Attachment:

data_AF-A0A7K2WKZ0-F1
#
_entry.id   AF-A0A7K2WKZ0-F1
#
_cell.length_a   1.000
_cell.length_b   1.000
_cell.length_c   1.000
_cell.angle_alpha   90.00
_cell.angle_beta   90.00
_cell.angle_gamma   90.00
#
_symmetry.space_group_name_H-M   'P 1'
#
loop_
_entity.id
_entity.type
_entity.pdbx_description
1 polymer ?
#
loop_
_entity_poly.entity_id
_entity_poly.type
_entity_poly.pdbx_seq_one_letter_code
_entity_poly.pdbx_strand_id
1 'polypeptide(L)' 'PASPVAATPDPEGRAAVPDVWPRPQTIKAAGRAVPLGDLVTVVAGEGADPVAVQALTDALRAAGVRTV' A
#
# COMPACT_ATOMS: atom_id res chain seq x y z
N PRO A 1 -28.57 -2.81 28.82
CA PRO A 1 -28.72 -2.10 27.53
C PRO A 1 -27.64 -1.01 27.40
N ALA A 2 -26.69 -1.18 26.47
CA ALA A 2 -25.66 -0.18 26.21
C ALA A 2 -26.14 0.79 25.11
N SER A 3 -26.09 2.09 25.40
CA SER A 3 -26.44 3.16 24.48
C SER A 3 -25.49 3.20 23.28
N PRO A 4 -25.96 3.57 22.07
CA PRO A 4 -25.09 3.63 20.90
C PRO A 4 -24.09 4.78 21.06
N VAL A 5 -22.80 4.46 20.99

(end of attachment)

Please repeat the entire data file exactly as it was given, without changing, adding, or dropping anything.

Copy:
data_AF-A0A7K2WKZ0-F1
#
_entry.id   AF-A0A7K2WKZ0-F1
#
_cell.length_a   1.000
_cell.length_b   1.000
_cell.length_c   1.000
_cell.angle_alpha   90.00
_cell.angle_beta   90.00
_cell.angle_gamma   90.00
#
_symmetry.space_group_name_H-M   'P 1'
#
loop_
_entity.id
_entity.type
_entity.pdbx_description
1 polymer ?
#
loop_
_entity_poly.entity_id
_entity_poly.type
_entity_poly.pdbx_seq_one_letter_code
_entity_poly.pdbx_strand_id
1 'polypeptide(L)' 'PASPVAATPDPEGRAAVPDVWPRPQTIKAAGRAVPLGDLVTVVAGEGADPVAVQALTDALRAAGVRTV' A
#
# COMPACT_ATOMS: atom_id res chain seq x y z
N PRO A 1 -28.57 -2.81 28.82
CA PRO A 1 -28.72 -2.10 27.53
C PRO A 1 -27.64 -1.01 27.40
N ALA A 2 -26.69 -1.18 26.47
CA ALA A 2 -25.66 -0.18 26.21
C ALA A 2 -26.14 0.79 25.11
N SER A 3 -26.09 2.09 25.40
CA SER A 3 -26.44 3.16 24.48
C SER A 3 -25.49 3.20 23.28
N PRO A 4 -25.96 3.57 22.07
CA PRO A 4 -25.09 3.63 20.90
C PRO A 4 -24.09 4.78 21.06
N VAL A 5 -22.80 4.46 20.99